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John Baer: It's a political party, a good time to catch up with big shots

NEW YORK - So many pols, so many questions. Who paid for Castille? Who's Corbett's budget secretary? Who's up for challenging Nutter? What's next for Eddie and Arlen?

NEW YORK - So many pols, so many questions.

Who paid for Castille? Who's Corbett's budget secretary? Who's up for challenging Nutter? What's next for Eddie and Arlen?

The annual Pennsylvania Society weekend provided an opportunity to seek some clues to these and other mysteries.

So, around and through the parties and receptions that draw the commonwealth's body politic here each December, and have for the past 112 years, I stalk the likely suspects.

I see state Supreme Court Chief Justice Ron Castille and ask who's footing the bill for his Manhattan stay. The chief, you may know, recently attracted attention for taking gifts of weekends and golf outings from law firms whose lawyers practice in his court.

"I can't tell you," he tells me. "It's a matter of security. You'll see when I file [a required ethics statement] in May."

I press the question of whether allowing judges to accept gifts is a policy under review. It is, he says, and notes that current standards permit "normal societal hospitalities."

Sounds to me like legalese for "take any damn thing you want."

Any timeline on this review, I ask?

"No," he says, which makes me think, hey, what's the deal, Castille?

I ask Gov.-elect Tom Corbett about a tip that Gov. Tom Ridge's former education secretary Charlie Zogby is a front-runner for budget secretary, a job that promises to make the task of Sisyphus seem easy.

Corbett, lately loath to make any news, smiles and shrugs and later adds: "I'm a man of few words. . . . I'm not Ed."

Well, who is?

Bill Green isn't. When I ask the councilman if he's go/no-go on a primary versus Mayor Nutter, he launches into some story about seeing a traffic signal somewhere bearing both an indicator to proceed and also one to stop.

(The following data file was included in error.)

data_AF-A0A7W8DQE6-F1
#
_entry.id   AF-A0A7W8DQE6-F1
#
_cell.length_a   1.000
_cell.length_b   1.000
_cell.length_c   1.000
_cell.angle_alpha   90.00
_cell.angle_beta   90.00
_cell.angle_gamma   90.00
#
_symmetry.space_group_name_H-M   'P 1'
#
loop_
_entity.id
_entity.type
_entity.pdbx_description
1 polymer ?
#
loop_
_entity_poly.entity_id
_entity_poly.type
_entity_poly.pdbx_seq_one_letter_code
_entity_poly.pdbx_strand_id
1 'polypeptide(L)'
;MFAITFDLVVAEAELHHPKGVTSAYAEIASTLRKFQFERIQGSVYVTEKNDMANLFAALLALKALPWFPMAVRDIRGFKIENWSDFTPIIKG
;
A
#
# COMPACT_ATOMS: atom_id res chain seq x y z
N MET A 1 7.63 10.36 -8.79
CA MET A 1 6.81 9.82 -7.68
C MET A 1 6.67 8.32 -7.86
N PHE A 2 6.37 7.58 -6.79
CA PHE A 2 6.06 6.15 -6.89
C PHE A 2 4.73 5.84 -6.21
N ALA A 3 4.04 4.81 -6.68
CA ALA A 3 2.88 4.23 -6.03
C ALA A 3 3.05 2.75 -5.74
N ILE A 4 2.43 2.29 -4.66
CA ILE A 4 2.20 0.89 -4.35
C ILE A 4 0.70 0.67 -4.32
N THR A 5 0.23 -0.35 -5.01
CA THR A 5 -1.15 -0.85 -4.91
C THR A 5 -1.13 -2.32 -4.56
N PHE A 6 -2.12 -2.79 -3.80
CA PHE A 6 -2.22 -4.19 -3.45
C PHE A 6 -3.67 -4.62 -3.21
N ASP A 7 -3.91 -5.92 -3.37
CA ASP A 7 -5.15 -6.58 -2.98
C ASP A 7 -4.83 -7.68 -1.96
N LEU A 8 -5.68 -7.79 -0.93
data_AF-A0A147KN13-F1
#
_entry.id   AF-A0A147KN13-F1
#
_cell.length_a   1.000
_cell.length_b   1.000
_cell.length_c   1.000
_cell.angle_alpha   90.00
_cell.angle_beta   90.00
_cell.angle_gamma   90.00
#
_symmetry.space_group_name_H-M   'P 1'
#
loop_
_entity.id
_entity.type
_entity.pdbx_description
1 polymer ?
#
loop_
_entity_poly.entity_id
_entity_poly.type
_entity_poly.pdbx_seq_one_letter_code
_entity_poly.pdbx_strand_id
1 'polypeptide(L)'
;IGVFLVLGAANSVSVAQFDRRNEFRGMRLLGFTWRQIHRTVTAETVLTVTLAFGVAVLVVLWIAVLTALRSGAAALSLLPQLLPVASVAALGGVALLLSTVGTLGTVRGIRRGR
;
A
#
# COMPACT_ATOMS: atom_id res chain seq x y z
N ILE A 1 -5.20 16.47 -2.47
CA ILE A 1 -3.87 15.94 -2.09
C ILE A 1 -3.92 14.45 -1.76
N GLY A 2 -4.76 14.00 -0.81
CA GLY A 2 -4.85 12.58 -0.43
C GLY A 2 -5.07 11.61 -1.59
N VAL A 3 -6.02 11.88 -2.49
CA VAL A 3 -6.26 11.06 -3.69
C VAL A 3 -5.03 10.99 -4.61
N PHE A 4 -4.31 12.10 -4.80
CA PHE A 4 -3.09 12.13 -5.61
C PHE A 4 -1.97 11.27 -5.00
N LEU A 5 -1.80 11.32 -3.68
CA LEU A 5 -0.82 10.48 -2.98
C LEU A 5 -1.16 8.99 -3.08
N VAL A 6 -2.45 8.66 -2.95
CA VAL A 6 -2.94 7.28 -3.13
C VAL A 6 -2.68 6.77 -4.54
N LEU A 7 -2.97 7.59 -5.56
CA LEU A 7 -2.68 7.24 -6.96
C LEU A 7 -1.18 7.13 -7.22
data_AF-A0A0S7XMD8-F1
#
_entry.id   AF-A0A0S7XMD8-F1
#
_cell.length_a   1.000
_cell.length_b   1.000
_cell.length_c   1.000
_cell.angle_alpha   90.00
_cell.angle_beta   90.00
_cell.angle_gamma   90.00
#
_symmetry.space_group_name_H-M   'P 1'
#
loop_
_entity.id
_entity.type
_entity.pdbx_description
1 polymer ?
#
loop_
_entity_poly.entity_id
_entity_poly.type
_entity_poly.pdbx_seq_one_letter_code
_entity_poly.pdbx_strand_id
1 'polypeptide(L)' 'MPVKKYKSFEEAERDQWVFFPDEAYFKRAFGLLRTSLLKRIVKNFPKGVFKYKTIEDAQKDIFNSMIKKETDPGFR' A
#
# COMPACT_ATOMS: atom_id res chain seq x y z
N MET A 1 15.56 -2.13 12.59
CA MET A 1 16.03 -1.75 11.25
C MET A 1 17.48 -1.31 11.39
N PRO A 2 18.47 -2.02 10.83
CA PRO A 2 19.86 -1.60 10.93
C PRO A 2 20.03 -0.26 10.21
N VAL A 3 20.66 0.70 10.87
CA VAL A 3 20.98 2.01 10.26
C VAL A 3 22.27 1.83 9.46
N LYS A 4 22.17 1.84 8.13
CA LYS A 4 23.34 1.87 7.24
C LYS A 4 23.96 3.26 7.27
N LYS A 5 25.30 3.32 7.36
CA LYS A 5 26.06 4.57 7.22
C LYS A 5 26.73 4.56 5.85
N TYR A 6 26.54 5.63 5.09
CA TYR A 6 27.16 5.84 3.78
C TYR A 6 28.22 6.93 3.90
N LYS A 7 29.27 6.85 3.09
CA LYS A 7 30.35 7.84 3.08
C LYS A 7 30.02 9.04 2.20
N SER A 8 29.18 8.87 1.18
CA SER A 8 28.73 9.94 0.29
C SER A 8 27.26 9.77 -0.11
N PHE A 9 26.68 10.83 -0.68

So that's where you are, I venture? He nods.

Biz-guy Tom "Fort" Knox is only slightly less evasive. "Yeah," he says, he's thinking of running and expects to announce one way or the other next month.

And state Sen. Tony Williams says that he initially opted out of taking on Nutter next spring, but that now "I'm listening" to some folks trying to get him in.

The mayor? Doesn't seem worried; was at the theater Friday night with family and friends for "West Side Story."

I catch up with outgoing Sen. Specter and ask what's next. Well, he says, he's en route to a reception at . . . No, no, I say, I don't mean this weekend!

He smiles and offers: "I'm taking [former Democratic Senator and current U.S. Special Envoy for Middle East Peace] George Mitchell's advice. I'm not doing anything precipitous."

Hmm. Maybe there's an opening for deputy envoy.

Gov. Ed's here, and a source close to his afterlife says he's looking to join the board of a national infrastructure venture and working toward a TV contract with MSNBC for a once-weekly gig on either "Morning Joe" or "Hardball," shows he frequents.

Former Sen. Rick Santorum, fresh from a seventh trip to New Hampshire since spring, tells me that he continues stalking a presidential bid, but that "I'm just walking down the road right now."

Actually, it seems something more than a walk. He's quoted in Friday's Washington Post saying he hasn't seen another Republican contender who might move him to say, "Let this cup pass."

But back to earthly pursuits.

I catch GOP state Senate President Joe Scarnati and GOP House Speaker-designate Sam Smith, huddled. Both are from far-off Jefferson County, where "the wild life" refers to animals, not social schedules.

Such power in one place, I quip, asking if it's true that Penn State's main campus is moving to Punxsutawney.

"What do you mean?" asks Smith. "We're moving the Capitol there."

And finally, former House Speaker John Perzel's former top aide, Brian Preski, who, along with his boss, awaits trial on a boatload of corruption charges, breezes by and asks, "You're going to write my book, right?"

To which I respond, "As soon as you're acquitted."

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